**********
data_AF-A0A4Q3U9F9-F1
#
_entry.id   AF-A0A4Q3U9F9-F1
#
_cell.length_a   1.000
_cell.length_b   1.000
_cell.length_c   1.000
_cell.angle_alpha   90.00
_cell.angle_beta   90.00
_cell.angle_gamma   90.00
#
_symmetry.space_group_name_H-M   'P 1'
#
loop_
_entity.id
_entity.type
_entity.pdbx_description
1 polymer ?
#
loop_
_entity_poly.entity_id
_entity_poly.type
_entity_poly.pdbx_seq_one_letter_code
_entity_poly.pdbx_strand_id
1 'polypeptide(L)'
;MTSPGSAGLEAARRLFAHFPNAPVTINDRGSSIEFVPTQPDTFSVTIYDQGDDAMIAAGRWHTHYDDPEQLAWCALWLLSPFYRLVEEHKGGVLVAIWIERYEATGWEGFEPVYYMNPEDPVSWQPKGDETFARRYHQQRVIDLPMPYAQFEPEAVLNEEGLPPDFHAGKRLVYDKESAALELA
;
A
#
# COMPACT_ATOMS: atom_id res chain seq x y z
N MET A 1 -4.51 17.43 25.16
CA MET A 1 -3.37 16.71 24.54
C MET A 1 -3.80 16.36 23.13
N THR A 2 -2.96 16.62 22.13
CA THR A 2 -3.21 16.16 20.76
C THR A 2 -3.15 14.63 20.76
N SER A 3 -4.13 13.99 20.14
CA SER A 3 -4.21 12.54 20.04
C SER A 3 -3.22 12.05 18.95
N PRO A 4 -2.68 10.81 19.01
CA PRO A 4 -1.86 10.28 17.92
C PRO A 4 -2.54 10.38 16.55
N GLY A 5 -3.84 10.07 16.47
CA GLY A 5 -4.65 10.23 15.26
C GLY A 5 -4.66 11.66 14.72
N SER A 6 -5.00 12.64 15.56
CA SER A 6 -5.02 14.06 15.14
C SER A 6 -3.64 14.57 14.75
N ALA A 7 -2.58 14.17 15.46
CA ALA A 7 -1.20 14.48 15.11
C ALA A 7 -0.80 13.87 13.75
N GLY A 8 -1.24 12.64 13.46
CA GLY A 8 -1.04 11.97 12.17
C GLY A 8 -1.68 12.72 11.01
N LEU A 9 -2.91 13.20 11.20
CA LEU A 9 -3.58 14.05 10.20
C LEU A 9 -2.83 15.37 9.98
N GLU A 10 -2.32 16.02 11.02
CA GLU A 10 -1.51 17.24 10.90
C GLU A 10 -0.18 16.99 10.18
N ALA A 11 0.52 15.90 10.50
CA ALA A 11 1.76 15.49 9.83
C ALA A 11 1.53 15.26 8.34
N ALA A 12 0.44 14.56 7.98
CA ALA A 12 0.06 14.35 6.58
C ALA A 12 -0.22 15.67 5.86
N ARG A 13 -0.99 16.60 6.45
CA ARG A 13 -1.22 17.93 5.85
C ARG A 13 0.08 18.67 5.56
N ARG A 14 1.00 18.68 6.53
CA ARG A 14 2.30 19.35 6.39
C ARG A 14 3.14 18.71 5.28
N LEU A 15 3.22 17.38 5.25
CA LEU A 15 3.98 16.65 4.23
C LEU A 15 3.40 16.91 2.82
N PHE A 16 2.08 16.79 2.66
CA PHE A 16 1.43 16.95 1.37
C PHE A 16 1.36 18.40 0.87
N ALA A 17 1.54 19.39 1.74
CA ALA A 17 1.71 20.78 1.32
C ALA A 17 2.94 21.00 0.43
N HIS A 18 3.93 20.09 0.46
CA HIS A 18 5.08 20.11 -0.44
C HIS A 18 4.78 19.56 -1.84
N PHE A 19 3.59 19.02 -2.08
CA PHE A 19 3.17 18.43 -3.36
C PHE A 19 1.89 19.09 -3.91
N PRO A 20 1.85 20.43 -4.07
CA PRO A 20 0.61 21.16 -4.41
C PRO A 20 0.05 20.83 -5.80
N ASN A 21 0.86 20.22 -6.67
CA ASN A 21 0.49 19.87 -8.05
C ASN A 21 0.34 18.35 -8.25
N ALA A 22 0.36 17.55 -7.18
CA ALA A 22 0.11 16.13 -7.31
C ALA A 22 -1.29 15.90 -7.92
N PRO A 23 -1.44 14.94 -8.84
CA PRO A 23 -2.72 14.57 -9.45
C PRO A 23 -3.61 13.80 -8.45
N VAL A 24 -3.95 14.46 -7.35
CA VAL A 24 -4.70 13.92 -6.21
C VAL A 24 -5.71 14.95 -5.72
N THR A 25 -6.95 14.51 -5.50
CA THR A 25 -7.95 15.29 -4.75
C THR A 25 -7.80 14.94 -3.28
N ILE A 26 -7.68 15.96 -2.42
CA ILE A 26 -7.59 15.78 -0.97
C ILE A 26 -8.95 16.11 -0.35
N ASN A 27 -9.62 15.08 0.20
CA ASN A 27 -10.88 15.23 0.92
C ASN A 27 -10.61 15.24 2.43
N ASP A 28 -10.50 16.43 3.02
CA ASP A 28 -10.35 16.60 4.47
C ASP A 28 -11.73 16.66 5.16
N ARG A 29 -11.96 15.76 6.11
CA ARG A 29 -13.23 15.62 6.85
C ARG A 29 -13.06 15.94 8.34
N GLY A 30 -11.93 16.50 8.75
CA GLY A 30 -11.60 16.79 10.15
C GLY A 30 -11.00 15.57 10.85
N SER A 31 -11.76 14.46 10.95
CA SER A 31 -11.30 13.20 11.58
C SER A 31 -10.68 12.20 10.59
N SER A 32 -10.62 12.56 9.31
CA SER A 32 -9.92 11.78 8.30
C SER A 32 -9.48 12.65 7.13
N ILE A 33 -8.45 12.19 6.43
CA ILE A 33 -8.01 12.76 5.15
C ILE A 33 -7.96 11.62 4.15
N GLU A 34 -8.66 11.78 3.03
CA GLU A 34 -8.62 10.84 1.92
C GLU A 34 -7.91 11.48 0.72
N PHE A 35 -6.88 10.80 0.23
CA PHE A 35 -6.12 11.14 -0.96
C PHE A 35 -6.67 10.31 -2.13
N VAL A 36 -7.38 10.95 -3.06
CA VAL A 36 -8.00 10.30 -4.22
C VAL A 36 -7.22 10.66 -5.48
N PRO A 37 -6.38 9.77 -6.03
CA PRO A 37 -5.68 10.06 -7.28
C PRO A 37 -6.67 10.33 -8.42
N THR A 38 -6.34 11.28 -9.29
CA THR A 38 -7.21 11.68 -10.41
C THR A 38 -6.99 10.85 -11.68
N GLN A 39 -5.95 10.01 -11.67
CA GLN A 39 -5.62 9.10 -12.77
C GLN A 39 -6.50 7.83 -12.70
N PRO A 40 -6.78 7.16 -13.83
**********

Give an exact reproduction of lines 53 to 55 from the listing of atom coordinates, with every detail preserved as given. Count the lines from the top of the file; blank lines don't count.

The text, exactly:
CA GLY A 8 -1.04 11.97 12.17
C GLY A 8 -1.68 12.72 11.01
N LEU A 9 -2.91 13.20 11.20